For me, perhaps the most profound reflection on this is a series of Jataka stories that revolve around a woman’s insatiable, irrational wish. For this, a special Pali word is used, dohala (dur-hadaya), which is used in no other context. The woman decides she wants something; she lies down and says she will not move until she gets it or dies. The man then embarks, without argument, on a dangerous adventure to obtain her wishes. Often enough, he fails. But when he succeeds, the result is quite unexpected: an amnesty is declared, the beasts are freed, the people are happy and the land is full of abundance. In these stories we see the woman’s desires in their connection with the power of creation. The desire that seems, from a limited perspective, to be selfish and irrational proves to be the greatest power of good, in tune with the forces of life itself. I won’t go into this in detail, but here‘s a talk I gave on the topic.
More prosaically, there’s a Sutta where the Buddha asks the question, ‘What does a woman want?’ (I can’t find the reference right now, can anyone help?) The answer: Sovereignty (issariya). It is not quite clear what this means exactly; but I think it means in practice that a husband should grant his wife responsibility and trust, especially in looking after the affairs of the household.
There is a remarkable parallel in the weird quest of Sir Gawain (told in Heinrich Zimmer, The King and the Corpse, pp. 88-95). King Arthur was forced, on pain of death, to find the answer to a most puzzling riddle: What is it that a woman desires most in all the world? He spent a year wandering the land, asking all, and learning what he could from every person. As the year grew to a close, he was still uneasy as he did not think he had found the right answer. He met a woman: the most ugly hag in the world, with snotty nose and hairy mouth, and yellow teeth like boar’s tusks sticking out over her lips, one going up, one down. She promised him the answer, if only she could marry the dazzling young knight, Sir Gawain. After suitably drawn-out complications, the deal was done; the other answers proved fruitless, and the king was spared his life when the hag’s answer was revealed: What we woman desire above all else is sovereignty.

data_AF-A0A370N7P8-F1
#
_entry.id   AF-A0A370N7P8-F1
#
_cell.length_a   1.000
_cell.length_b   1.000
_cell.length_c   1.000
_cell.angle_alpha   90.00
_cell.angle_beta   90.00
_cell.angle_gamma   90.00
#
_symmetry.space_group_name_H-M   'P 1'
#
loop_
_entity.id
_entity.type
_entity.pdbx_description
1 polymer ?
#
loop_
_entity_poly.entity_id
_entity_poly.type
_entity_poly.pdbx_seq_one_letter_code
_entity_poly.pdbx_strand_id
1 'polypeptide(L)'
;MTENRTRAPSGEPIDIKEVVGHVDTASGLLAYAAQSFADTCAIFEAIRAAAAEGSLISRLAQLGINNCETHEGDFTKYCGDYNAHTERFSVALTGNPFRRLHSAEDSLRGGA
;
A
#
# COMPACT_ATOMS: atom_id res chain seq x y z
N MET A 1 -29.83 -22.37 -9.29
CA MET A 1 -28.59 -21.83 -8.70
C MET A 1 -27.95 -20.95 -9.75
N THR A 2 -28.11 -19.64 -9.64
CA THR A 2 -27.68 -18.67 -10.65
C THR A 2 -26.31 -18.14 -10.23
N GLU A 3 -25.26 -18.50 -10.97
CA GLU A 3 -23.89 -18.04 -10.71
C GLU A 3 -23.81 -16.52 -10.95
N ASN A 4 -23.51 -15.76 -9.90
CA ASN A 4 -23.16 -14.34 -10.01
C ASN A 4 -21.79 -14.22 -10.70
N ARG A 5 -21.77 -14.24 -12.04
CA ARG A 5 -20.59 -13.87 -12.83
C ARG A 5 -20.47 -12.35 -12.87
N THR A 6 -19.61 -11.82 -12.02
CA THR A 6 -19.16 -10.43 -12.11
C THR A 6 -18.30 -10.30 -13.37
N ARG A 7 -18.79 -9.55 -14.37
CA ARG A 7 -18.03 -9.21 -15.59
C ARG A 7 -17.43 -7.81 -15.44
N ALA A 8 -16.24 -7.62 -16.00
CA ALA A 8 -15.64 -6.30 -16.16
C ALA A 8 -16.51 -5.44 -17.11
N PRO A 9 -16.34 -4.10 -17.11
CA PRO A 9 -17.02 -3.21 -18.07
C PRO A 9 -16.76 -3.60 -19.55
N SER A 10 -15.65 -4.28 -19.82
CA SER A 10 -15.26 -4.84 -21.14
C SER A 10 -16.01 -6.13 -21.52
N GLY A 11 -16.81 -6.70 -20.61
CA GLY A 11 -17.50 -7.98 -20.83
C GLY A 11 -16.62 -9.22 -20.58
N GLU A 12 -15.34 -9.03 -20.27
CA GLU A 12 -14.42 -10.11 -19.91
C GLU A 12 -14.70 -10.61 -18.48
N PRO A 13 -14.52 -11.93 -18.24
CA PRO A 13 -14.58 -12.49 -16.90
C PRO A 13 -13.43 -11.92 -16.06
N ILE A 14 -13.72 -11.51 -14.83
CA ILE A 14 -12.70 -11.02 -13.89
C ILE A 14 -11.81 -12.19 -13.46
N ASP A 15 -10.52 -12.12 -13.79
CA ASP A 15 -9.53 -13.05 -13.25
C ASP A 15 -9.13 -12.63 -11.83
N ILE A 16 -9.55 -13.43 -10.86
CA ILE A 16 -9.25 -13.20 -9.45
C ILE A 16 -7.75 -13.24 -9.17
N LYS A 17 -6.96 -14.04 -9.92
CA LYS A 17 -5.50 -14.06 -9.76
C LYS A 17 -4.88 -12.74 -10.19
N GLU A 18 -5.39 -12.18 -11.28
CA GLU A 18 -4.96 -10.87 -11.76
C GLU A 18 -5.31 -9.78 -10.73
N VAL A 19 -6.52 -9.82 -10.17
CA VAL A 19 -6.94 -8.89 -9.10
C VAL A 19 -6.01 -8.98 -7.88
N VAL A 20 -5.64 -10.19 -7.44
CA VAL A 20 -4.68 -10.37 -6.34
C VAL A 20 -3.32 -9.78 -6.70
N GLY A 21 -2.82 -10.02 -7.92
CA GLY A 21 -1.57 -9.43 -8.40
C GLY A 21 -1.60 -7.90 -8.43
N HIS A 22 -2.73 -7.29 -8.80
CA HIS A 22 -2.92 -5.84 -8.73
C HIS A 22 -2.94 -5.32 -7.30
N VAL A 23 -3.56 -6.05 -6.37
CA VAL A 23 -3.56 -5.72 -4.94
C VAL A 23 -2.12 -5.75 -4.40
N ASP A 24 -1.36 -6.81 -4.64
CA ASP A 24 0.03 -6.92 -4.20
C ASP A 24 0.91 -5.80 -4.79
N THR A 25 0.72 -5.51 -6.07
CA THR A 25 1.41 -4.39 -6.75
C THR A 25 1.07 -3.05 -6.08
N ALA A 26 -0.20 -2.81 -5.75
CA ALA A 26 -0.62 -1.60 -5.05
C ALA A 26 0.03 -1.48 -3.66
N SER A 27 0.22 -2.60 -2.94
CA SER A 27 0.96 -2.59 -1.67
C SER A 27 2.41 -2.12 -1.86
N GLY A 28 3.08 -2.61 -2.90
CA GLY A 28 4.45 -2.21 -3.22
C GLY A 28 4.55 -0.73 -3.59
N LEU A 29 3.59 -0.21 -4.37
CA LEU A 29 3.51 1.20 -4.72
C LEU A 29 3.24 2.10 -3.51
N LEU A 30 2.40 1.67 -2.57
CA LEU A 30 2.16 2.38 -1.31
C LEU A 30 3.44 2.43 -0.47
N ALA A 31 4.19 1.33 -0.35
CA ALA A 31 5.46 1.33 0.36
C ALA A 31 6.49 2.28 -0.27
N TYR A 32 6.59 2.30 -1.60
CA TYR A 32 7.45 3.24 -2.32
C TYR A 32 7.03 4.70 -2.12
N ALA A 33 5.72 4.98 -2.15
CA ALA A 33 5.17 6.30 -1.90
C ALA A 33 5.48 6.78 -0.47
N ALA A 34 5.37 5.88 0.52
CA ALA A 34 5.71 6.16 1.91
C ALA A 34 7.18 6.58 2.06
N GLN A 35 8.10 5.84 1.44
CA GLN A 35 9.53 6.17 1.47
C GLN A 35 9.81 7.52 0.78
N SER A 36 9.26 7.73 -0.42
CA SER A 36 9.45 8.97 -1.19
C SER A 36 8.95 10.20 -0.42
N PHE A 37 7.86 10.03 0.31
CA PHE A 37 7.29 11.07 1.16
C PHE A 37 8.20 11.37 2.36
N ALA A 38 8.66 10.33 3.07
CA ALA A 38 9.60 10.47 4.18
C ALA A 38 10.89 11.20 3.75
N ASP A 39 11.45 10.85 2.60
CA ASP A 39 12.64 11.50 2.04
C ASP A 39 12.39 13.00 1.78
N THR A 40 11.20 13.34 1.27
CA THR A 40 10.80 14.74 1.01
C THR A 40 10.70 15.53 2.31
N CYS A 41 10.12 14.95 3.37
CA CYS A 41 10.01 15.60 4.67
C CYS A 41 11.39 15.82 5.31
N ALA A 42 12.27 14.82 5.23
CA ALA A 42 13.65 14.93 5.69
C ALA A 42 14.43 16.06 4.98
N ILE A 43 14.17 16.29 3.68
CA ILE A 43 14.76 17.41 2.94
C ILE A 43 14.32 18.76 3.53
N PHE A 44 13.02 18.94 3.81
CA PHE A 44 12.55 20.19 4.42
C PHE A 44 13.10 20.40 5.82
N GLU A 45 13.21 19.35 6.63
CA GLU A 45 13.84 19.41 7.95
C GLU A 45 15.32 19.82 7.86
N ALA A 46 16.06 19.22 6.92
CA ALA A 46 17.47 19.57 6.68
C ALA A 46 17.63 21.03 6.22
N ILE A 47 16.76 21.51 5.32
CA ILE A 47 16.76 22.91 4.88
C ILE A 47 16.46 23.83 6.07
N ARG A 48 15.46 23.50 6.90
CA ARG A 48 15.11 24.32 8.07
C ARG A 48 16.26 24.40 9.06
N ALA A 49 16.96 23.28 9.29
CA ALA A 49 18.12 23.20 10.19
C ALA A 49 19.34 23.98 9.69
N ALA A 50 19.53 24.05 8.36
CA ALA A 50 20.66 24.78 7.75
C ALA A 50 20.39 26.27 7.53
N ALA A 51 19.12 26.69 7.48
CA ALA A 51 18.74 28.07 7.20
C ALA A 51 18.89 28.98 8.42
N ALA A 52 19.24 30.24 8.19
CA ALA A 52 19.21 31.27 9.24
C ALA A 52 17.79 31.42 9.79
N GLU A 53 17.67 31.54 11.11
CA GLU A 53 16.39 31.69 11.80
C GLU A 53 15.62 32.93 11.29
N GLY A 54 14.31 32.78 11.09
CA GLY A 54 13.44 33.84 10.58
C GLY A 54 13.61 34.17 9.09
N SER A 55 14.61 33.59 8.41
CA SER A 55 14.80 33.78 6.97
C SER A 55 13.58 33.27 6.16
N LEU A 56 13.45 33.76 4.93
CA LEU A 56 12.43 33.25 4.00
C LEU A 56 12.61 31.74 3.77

But then Gawain had to endure marriage to the horrible hag. They ascended to the wedding bed. Gawain turned from the task in horror; then, steeling himself, he turned to kiss his new wife, and lo! she had become the fairest maiden you ever did see. He was overjoyed, but she told him that the enchantment that had turned her into a hag was still potent. She could be beautiful by day and ugly by night, or she could be fair by night and foul by day. It was for Gawain to choose. But he would not judge; so he asked her to decide which she would prefer. In joy, she told him: ‘Now the curse is lifted! I shall be fair and bright both night and day.’
So both for the Buddha and for the Arthurian romances, a woman’s wish is sovereignty. In Gawain’s case, he allows her the grace of choosing her own destiny, a right women have struggled with for millenia. It seems to me that Buddha did the same thing in establishing the bhikkhuni order. He did not begrudge them independence, autonomy, or power, but established and supported them. In this act he defused the potential for gender conflict.
Women want power, not because it is their innate nature, but because men deny it to them. As long as a culture is concerned to isolate and control women, it remains a patriarchy, and operates according to the basic mechanism of patriarchy as brilliantly summarized by Carol Gilligan: it divides men against women, and women against each other.
When we hear that women’s desires are the problem, we can be sure that patriarchy is present. The problem is not women, but desire. As long as the men hang on to their desire for power, for status, for maintaining the public perception of themselves as a innately blessed and superior group, this problem will not be solved. We will not be free of the hag – the fear of women in a man’s mind – until we listen to her advice, let go of our desires and fears, and entrust her with what she wants: sovereignty.